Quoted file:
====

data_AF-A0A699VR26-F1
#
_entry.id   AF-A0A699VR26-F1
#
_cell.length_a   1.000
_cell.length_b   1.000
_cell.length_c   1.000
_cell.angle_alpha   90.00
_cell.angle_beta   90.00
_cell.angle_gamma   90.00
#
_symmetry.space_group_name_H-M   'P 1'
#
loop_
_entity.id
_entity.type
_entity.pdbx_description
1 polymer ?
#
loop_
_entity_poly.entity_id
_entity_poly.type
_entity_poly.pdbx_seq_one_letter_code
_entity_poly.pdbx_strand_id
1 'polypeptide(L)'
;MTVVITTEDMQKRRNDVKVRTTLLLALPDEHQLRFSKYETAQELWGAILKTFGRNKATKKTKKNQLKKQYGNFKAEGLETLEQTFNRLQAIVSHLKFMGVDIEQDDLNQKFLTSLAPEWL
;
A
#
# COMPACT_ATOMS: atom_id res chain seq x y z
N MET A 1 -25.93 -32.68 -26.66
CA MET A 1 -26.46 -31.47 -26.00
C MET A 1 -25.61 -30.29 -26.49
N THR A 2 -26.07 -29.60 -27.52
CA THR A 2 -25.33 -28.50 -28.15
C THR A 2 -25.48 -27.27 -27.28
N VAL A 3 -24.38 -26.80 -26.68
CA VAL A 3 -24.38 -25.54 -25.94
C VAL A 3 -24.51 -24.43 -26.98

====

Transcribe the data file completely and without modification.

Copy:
data_AF-A0A699VR26-F1
#
_entry.id   AF-A0A699VR26-F1
#
_cell.length_a   1.000
_cell.length_b   1.000
_cell.length_c   1.000
_cell.angle_alpha   90.00
_cell.angle_beta   90.00
_cell.angle_gamma   90.00
#
_symmetry.space_group_name_H-M   'P 1'
#
loop_
_entity.id
_entity.type
_entity.pdbx_description
1 polymer ?
#
loop_
_entity_poly.entity_id
_entity_poly.type
_entity_poly.pdbx_seq_one_letter_code
_entity_poly.pdbx_strand_id
1 'polypeptide(L)'
;MTVVITTEDMQKRRNDVKVRTTLLLALPDEHQLRFSKYETAQELWGAILKTFGRNKATKKTKKNQLKKQYGNFKAEGLETLEQTFNRLQAIVSHLKFMGVDIEQDDLNQKFLTSLAPEWL
;
A
#
# COMPACT_ATOMS: atom_id res chain seq x y z
N MET A 1 -25.93 -32.68 -26.66
CA MET A 1 -26.46 -31.47 -26.00
C MET A 1 -25.61 -30.29 -26.49
N THR A 2 -26.07 -29.60 -27.52
CA THR A 2 -25.33 -28.50 -28.15
C THR A 2 -25.48 -27.27 -27.28
N VAL A 3 -24.38 -26.80 -26.68
CA VAL A 3 -24.38 -25.54 -25.94
C VAL A 3 -24.51 -24.43 -26.98